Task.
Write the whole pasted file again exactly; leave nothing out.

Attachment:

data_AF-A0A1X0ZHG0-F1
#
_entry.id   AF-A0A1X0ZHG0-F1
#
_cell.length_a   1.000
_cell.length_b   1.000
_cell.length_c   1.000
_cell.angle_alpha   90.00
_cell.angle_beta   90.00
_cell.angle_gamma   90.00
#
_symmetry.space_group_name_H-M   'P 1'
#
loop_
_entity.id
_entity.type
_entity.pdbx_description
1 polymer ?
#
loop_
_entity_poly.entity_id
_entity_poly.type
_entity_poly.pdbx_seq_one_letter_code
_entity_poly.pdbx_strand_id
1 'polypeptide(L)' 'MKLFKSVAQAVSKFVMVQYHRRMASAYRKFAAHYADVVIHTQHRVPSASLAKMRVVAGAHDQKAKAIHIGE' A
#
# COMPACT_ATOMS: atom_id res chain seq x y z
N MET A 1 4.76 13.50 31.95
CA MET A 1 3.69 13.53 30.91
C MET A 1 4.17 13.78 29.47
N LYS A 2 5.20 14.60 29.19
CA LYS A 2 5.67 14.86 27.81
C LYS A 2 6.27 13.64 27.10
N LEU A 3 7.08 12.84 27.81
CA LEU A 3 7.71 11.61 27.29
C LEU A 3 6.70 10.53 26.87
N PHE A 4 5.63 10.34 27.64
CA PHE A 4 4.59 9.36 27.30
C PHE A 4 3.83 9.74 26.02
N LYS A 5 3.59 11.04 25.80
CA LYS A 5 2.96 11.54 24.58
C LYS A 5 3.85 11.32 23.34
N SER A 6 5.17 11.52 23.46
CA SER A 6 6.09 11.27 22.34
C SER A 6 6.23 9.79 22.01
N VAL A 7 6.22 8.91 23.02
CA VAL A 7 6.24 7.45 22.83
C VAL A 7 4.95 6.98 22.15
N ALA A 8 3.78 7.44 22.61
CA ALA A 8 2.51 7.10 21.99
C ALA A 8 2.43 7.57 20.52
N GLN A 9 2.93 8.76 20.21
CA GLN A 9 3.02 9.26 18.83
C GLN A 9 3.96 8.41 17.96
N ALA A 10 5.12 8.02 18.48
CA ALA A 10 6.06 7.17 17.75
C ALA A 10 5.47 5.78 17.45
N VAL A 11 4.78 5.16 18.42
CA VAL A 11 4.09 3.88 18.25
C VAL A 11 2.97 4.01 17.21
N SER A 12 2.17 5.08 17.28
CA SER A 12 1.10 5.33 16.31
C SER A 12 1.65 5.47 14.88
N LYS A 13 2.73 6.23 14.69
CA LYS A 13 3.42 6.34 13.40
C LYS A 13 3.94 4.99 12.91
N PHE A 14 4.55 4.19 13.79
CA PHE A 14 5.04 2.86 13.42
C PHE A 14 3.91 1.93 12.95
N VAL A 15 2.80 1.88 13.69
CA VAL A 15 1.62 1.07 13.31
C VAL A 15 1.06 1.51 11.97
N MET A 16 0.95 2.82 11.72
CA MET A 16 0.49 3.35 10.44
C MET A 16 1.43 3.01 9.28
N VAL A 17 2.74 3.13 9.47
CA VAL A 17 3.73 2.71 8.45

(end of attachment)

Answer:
data_AF-A0A1X0ZHG0-F1
#
_entry.id   AF-A0A1X0ZHG0-F1
#
_cell.length_a   1.000
_cell.length_b   1.000
_cell.length_c   1.000
_cell.angle_alpha   90.00
_cell.angle_beta   90.00
_cell.angle_gamma   90.00
#
_symmetry.space_group_name_H-M   'P 1'
#
loop_
_entity.id
_entity.type
_entity.pdbx_description
1 polymer ?
#
loop_
_entity_poly.entity_id
_entity_poly.type
_entity_poly.pdbx_seq_one_letter_code
_entity_poly.pdbx_strand_id
1 'polypeptide(L)' 'MKLFKSVAQAVSKFVMVQYHRRMASAYRKFAAHYADVVIHTQHRVPSASLAKMRVVAGAHDQKAKAIHIGE' A
#
# COMPACT_ATOMS: atom_id res chain seq x y z
N MET A 1 4.76 13.50 31.95
CA MET A 1 3.69 13.53 30.91
C MET A 1 4.17 13.78 29.47
N LYS A 2 5.20 14.60 29.19
CA LYS A 2 5.67 14.86 27.81
C LYS A 2 6.27 13.64 27.10
N LEU A 3 7.08 12.84 27.81
CA LEU A 3 7.71 11.61 27.29
C LEU A 3 6.70 10.53 26.87
N PHE A 4 5.63 10.34 27.64
CA PHE A 4 4.59 9.36 27.30
C PHE A 4 3.83 9.74 26.02
N LYS A 5 3.59 11.04 25.80
CA LYS A 5 2.96 11.54 24.58
C LYS A 5 3.85 11.32 23.34
N SER A 6 5.17 11.52 23.46
CA SER A 6 6.09 11.27 22.34
C SER A 6 6.23 9.79 22.01
N VAL A 7 6.22 8.91 23.02
CA VAL A 7 6.24 7.45 22.83
C VAL A 7 4.95 6.98 22.15
N ALA A 8 3.78 7.44 22.61
CA ALA A 8 2.51 7.10 21.99
C ALA A 8 2.43 7.57 20.52
N GLN A 9 2.93 8.76 20.21
CA GLN A 9 3.02 9.26 18.83
C GLN A 9 3.96 8.41 17.96
N ALA A 10 5.12 8.02 18.48
CA ALA A 10 6.06 7.17 17.75
C ALA A 10 5.47 5.78 17.45
N VAL A 11 4.78 5.16 18.42
CA VAL A 11 4.09 3.88 18.25
C VAL A 11 2.97 4.01 17.21
N SER A 12 2.17 5.08 17.28
CA SER A 12 1.10 5.33 16.31
C SER A 12 1.65 5.47 14.88
N LYS A 13 2.73 6.23 14.69
CA LYS A 13 3.42 6.34 13.40
C LYS A 13 3.94 4.99 12.91
N PHE A 14 4.55 4.19 13.79
CA PHE A 14 5.04 2.86 13.42
C PHE A 14 3.91 1.93 12.95
N VAL A 15 2.80 1.88 13.69
CA VAL A 15 1.62 1.07 13.31
C VAL A 15 1.06 1.51 11.97
N MET A 16 0.95 2.82 11.72
CA MET A 16 0.49 3.35 10.44
C MET A 16 1.43 3.01 9.28
N VAL A 17 2.74 3.13 9.47
CA VAL A 17 3.73 2.71 8.45